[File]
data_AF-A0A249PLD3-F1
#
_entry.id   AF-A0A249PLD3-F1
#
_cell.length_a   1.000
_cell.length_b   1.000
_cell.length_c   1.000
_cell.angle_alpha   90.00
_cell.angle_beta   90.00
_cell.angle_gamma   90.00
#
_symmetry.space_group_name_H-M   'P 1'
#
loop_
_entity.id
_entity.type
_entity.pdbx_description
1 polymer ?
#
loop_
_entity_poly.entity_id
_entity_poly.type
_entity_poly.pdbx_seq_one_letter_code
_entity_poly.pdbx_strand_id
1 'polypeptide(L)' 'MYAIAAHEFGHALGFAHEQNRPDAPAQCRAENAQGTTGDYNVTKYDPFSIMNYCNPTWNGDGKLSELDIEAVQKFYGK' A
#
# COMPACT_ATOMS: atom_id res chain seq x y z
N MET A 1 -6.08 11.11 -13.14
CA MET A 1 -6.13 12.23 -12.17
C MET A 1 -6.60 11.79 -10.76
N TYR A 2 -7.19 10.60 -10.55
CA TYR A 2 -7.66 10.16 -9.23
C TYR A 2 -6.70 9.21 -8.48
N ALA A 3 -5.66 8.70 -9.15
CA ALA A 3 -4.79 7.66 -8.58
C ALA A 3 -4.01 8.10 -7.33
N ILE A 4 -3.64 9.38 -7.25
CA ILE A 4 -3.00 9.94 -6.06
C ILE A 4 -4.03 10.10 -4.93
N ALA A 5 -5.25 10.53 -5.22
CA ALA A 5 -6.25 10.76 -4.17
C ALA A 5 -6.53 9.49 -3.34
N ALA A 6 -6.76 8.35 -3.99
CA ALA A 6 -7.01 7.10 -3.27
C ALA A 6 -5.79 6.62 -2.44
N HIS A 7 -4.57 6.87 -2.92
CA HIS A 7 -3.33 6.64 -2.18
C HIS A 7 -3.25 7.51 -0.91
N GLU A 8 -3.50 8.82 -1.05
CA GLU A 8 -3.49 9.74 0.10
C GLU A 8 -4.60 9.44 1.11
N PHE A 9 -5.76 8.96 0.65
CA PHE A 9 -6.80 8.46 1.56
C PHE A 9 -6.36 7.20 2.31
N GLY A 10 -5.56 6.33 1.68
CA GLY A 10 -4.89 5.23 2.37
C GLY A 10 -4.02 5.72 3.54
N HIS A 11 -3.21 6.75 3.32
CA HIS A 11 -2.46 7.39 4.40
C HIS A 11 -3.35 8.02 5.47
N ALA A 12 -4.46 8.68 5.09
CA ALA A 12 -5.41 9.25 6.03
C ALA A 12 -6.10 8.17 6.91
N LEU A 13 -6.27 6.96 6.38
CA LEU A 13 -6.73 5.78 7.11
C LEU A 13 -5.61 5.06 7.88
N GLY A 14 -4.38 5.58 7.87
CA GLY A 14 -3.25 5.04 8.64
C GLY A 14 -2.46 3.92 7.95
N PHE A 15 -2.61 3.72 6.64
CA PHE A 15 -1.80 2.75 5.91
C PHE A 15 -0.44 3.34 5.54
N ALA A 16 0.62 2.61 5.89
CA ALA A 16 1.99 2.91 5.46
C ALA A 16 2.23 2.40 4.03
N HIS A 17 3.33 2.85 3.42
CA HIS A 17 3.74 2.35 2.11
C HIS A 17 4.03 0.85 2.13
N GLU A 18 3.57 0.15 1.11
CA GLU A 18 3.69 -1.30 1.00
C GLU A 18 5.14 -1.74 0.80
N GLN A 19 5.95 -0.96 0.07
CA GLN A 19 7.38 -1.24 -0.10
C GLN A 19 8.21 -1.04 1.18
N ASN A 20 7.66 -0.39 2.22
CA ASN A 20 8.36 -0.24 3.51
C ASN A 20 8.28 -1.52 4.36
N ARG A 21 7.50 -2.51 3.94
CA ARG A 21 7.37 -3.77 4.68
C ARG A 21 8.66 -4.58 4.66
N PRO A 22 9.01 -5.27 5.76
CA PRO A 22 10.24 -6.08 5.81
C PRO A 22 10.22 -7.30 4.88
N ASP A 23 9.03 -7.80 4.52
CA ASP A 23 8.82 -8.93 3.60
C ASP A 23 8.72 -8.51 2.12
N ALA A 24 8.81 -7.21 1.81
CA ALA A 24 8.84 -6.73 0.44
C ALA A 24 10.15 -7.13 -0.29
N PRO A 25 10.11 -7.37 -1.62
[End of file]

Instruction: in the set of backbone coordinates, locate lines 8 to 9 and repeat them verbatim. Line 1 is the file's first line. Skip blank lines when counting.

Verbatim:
_cell.angle_alpha   90.00
_cell.angle_beta   90.00